this is a very nice project I didn’t know about, awesome!

in the reference link you posted about the Gallery of the Street Ratchada it looks pretty clear that the basic XZ grid is respected, which means for that particular facade the corner points of each triangle are only able to slide along the Y axis:

the following detail of the facade section is also very interesting, as it shows that the points of each triangle are not allowed to take “any available Y value”, but they move in fixed steps: https://images.adsttc.com/media/images/589a/3013/e58e/ce85/5d00/000f/slideshow/29_Detail_Facade_Sections_Architectkidd.jpg?1486499852

looks like there are 6 fixed Y positions each corner point of each triangle can take (red line is the base-installation-line, never used, blue lines are the allowed Y positions)

this will become super useful for fabrication, because it will “automatically” cluster the triangular panels of the facade into groups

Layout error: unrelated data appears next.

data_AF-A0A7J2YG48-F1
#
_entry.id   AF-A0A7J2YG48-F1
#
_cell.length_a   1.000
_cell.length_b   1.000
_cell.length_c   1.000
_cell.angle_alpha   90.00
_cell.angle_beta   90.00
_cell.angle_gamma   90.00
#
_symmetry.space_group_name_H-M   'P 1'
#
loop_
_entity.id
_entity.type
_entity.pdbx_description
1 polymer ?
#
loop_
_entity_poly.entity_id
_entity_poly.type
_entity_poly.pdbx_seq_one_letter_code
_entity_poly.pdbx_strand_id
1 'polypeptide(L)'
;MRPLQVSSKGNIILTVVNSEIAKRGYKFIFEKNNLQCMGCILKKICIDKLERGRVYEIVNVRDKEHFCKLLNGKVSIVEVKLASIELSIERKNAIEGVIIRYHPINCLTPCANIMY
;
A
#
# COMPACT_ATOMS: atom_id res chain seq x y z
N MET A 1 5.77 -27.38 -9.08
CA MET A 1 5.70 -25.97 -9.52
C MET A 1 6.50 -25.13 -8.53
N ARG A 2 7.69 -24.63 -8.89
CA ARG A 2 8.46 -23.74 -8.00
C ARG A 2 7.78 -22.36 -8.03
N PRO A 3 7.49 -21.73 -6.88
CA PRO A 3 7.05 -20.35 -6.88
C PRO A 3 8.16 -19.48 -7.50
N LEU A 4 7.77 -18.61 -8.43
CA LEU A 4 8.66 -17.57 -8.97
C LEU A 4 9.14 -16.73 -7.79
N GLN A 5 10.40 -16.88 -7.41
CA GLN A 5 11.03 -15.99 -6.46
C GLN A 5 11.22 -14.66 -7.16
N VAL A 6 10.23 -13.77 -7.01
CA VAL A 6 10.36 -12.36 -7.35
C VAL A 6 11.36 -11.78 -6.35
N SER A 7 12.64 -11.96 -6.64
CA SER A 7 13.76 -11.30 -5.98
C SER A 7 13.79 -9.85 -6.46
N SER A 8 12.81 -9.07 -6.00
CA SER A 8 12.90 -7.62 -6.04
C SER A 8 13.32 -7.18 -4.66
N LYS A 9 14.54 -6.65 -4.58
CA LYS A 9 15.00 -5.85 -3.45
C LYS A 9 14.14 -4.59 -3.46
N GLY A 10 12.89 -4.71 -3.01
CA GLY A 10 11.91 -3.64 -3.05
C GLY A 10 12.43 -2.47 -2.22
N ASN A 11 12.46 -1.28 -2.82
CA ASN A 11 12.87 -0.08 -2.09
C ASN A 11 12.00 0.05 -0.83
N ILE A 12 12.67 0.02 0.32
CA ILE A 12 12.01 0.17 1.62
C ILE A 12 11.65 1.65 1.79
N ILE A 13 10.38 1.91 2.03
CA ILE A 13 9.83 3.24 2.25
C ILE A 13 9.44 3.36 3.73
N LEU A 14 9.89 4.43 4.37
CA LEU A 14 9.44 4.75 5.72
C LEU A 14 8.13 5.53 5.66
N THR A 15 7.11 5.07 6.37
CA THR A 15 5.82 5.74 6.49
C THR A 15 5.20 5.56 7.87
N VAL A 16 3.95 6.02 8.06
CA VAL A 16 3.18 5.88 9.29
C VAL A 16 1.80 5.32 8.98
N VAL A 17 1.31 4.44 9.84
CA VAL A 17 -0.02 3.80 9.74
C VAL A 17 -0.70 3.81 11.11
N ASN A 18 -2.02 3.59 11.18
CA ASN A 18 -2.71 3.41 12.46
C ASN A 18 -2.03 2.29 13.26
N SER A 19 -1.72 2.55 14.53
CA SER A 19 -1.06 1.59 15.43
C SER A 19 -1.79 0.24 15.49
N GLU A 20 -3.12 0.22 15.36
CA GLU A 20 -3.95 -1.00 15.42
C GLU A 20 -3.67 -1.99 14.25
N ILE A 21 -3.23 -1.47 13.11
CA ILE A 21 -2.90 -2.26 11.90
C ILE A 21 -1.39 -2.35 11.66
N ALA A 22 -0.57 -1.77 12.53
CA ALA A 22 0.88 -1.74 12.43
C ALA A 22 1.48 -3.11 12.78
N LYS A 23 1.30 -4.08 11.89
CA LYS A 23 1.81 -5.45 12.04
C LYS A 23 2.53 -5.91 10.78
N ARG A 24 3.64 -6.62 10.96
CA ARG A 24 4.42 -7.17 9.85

you have straight triangles and upside-down triangles, but they are the very same ABC triangles (be careful with corner order )

all the triangles have the very same front-projection, so you can easily describe them by just their Y value (again, assuming corner orders is correct):
for instance a triangle [A, B, C] with Y values [3, 3, 4] means points A and B have same Y value 3, and the point C has value 4

to make it easier, you can describe that very triangle also as [0, 0, 1], which is subtracting the smallest Y value for each triangle to all of the Y values of that triangle, because at the end you are just interested in offsets, which is something like “how many Y units is this point offset compared to the Y value of the one with lowest Y in this triangle?”

it becomes easy to see that triangles like [x, x, x+n] are the very same geometrical triangle, so they can be produced in batch, like [x, x, x+n] and [x+n, x+n, x]

not only that, but also other mirroring operation will produce identycal triangles
such as [x, x+n, x] and [x+n, x, x+n] are also the very same triangle, and the following: